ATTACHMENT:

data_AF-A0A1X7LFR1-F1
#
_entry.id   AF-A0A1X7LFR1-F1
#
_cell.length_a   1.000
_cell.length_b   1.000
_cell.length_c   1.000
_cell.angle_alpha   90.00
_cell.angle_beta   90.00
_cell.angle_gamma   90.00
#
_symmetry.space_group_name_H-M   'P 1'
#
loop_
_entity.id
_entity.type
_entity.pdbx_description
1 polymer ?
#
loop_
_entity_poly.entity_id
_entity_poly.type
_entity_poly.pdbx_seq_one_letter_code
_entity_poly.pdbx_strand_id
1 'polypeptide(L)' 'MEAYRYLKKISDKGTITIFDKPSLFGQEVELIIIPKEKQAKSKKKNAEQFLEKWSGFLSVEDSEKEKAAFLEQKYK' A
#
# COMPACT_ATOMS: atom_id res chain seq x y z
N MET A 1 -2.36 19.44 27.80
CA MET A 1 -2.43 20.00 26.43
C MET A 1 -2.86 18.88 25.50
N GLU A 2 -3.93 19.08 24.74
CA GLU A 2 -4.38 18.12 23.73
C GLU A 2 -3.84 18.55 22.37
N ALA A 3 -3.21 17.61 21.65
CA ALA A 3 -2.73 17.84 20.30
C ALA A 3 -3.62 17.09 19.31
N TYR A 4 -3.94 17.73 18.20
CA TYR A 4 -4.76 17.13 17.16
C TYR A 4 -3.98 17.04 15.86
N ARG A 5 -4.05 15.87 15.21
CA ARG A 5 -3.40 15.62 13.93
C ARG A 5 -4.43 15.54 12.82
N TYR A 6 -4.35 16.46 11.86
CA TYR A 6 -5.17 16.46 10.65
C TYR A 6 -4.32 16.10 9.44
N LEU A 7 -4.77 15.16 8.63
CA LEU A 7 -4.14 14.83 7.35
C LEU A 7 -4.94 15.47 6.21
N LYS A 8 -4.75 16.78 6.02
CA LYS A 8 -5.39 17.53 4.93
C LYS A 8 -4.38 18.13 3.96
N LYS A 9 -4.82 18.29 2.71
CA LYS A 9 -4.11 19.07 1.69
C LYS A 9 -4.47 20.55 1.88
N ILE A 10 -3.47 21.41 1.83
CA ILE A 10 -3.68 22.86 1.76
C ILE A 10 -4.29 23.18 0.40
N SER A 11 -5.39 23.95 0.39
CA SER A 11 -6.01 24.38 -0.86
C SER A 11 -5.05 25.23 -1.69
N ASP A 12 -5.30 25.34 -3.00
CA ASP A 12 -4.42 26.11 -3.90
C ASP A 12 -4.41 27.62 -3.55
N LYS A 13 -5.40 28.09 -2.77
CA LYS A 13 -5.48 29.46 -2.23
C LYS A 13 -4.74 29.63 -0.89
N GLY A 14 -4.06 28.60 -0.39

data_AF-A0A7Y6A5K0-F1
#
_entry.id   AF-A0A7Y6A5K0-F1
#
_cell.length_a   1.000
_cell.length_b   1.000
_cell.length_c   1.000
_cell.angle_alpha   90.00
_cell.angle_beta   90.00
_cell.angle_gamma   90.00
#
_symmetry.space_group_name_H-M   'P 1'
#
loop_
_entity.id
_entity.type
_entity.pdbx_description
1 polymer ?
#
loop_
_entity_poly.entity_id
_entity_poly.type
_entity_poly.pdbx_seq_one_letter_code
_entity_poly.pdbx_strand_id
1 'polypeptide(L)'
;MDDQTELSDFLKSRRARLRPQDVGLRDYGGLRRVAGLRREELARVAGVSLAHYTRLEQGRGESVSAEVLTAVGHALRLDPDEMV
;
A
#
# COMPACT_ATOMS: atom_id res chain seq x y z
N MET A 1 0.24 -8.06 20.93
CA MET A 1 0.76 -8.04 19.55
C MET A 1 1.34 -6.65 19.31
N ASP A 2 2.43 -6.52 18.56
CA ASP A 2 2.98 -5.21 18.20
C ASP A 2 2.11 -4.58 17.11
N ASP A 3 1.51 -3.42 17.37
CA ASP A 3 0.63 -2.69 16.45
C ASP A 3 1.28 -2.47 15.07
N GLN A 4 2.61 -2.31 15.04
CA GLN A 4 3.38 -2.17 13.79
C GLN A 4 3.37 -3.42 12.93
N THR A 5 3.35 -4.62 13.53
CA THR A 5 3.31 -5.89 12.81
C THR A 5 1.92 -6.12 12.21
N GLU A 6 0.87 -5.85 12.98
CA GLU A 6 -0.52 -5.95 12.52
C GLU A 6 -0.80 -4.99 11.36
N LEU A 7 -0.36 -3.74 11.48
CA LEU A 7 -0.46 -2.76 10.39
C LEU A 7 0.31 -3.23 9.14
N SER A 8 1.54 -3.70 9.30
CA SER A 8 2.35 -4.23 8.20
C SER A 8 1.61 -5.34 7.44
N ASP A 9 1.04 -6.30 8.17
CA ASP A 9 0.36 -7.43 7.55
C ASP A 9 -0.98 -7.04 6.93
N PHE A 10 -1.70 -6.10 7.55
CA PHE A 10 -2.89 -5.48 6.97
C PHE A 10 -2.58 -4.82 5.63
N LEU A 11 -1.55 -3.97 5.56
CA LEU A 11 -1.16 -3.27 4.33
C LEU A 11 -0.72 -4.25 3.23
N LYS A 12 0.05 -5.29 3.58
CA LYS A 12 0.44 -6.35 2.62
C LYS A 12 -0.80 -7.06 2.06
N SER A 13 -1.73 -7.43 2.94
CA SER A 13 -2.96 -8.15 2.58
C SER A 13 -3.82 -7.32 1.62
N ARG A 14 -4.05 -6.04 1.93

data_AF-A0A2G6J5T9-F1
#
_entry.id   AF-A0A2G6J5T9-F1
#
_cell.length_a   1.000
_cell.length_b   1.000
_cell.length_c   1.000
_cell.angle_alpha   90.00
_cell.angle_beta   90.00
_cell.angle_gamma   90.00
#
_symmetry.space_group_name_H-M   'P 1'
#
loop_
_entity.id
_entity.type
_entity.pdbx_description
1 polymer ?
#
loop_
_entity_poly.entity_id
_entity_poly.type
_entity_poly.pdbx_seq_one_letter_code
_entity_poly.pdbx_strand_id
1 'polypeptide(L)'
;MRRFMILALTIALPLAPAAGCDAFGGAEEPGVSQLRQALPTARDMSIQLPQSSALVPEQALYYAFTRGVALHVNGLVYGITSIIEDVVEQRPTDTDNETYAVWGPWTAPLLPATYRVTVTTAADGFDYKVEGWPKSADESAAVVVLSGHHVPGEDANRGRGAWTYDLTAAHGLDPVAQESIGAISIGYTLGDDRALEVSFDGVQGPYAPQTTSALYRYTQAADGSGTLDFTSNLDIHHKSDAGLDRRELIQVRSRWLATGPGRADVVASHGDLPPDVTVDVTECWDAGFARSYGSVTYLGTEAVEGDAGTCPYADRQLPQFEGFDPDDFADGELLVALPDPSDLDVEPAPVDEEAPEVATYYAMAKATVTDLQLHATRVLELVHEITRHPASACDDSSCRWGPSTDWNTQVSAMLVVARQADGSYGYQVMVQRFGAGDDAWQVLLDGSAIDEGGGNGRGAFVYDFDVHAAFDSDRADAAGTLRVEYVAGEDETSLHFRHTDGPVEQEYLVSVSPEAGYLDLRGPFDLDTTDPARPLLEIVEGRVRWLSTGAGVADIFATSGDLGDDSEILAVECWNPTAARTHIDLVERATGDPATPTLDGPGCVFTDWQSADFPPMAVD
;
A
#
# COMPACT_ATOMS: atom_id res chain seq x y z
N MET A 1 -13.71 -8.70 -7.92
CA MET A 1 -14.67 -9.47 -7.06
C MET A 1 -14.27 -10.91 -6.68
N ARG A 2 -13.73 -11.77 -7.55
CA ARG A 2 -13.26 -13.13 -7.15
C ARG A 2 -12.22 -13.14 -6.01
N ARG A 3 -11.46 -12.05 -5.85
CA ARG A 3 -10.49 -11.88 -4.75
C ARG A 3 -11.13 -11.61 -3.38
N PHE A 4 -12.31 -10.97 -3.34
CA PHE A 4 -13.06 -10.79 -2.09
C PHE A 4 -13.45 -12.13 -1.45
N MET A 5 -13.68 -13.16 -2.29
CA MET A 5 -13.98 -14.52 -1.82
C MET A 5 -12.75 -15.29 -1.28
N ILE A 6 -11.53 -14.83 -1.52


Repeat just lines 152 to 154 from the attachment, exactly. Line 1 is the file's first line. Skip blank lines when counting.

_entity.id
_entity.type
_entity.pdbx_description